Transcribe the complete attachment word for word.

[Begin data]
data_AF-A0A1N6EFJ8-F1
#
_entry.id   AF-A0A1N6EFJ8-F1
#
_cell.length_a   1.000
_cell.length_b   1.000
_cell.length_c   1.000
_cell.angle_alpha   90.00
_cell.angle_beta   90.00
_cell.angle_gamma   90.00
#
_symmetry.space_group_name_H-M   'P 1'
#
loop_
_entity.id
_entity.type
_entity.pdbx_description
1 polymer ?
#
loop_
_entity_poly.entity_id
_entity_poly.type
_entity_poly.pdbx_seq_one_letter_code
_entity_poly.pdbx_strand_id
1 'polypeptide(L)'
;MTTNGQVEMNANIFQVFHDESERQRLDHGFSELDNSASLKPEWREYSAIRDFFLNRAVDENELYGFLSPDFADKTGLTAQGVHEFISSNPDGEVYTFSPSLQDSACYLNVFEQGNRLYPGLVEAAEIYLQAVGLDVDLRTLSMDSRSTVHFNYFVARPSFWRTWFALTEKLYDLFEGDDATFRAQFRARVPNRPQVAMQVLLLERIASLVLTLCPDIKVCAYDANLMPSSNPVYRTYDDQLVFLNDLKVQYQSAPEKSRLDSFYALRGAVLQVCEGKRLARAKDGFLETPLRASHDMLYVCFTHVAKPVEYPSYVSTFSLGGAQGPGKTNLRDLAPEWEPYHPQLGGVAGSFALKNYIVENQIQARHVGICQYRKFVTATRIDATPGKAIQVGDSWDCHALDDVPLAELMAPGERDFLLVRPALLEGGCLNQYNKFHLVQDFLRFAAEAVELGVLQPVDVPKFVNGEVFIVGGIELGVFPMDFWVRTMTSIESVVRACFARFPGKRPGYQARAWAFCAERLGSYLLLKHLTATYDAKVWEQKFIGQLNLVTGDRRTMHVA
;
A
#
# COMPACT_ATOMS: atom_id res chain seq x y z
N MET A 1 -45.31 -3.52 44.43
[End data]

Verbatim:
data_AF-A0A1N6EFJ8-F1
#
_entry.id   AF-A0A1N6EFJ8-F1
#
_cell.length_a   1.000
_cell.length_b   1.000
_cell.length_c   1.000
_cell.angle_alpha   90.00
_cell.angle_beta   90.00
_cell.angle_gamma   90.00
#
_symmetry.space_group_name_H-M   'P 1'
#
loop_
_entity.id
_entity.type
_entity.pdbx_description
1 polymer ?
#
loop_
_entity_poly.entity_id
_entity_poly.type
_entity_poly.pdbx_seq_one_letter_code
_entity_poly.pdbx_strand_id
1 'polypeptide(L)'
;MTTNGQVEMNANIFQVFHDESERQRLDHGFSELDNSASLKPEWREYSAIRDFFLNRAVDENELYGFLSPDFADKTGLTAQGVHEFISSNPDGEVYTFSPSLQDSACYLNVFEQGNRLYPGLVEAAEIYLQAVGLDVDLRTLSMDSRSTVHFNYFVARPSFWRTWFALTEKLYDLFEGDDATFRAQFRARVPNRPQVAMQVLLLERIASLVLTLCPDIKVCAYDANLMPSSNPVYRTYDDQLVFLNDLKVQYQSAPEKSRLDSFYALRGAVLQVCEGKRLARAKDGFLETPLRASHDMLYVCFTHVAKPVEYPSYVSTFSLGGAQGPGKTNLRDLAPEWEPYHPQLGGVAGSFALKNYIVENQIQARHVGICQYRKFVTATRIDATPGKAIQVGDSWDCHALDDVPLAELMAPGERDFLLVRPALLEGGCLNQYNKFHLVQDFLRFAAEAVELGVLQPVDVPKFVNGEVFIVGGIELGVFPMDFWVRTMTSIESVVRACFARFPGKRPGYQARAWAFCAERLGSYLLLKHLTATYDAKVWEQKFIGQLNLVTGDRRTMHVA
;
A
#
# COMPACT_ATOMS: atom_id res chain seq x y z
N MET A 1 -45.31 -3.52 44.43